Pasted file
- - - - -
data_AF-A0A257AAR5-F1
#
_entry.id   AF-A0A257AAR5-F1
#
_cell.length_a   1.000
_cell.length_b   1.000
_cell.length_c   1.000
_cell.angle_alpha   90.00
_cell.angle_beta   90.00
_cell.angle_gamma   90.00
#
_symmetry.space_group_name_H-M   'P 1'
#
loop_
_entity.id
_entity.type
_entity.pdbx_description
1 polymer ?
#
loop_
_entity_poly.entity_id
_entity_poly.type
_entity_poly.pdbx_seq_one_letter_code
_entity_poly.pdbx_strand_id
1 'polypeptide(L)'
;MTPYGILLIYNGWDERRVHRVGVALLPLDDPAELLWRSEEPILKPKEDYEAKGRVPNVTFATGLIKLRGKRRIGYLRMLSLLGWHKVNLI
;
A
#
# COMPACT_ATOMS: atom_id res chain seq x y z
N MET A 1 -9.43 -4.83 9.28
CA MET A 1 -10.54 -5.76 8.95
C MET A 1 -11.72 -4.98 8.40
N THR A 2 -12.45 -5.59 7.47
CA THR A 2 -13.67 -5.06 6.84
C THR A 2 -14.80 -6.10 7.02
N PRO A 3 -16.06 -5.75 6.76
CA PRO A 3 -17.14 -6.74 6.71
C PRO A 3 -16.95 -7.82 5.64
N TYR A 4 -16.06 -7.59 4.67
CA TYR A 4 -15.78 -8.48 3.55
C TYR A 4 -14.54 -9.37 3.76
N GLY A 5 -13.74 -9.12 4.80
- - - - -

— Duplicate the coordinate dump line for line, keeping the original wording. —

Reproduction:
data_AF-A0A257AAR5-F1
#
_entry.id   AF-A0A257AAR5-F1
#
_cell.length_a   1.000
_cell.length_b   1.000
_cell.length_c   1.000
_cell.angle_alpha   90.00
_cell.angle_beta   90.00
_cell.angle_gamma   90.00
#
_symmetry.space_group_name_H-M   'P 1'
#
loop_
_entity.id
_entity.type
_entity.pdbx_description
1 polymer ?
#
loop_
_entity_poly.entity_id
_entity_poly.type
_entity_poly.pdbx_seq_one_letter_code
_entity_poly.pdbx_strand_id
1 'polypeptide(L)'
;MTPYGILLIYNGWDERRVHRVGVALLPLDDPAELLWRSEEPILKPKEDYEAKGRVPNVTFATGLIKLRGKRRIGYLRMLSLLGWHKVNLI
;
A
#
# COMPACT_ATOMS: atom_id res chain seq x y z
N MET A 1 -9.43 -4.83 9.28
CA MET A 1 -10.54 -5.76 8.95
C MET A 1 -11.72 -4.98 8.40
N THR A 2 -12.45 -5.59 7.47
CA THR A 2 -13.67 -5.06 6.84
C THR A 2 -14.80 -6.10 7.02
N PRO A 3 -16.06 -5.75 6.76
CA PRO A 3 -17.14 -6.74 6.71
C PRO A 3 -16.95 -7.82 5.64
N TYR A 4 -16.06 -7.59 4.67
CA TYR A 4 -15.78 -8.48 3.55
C TYR A 4 -14.54 -9.37 3.76
N GLY A 5 -13.74 -9.12 4.80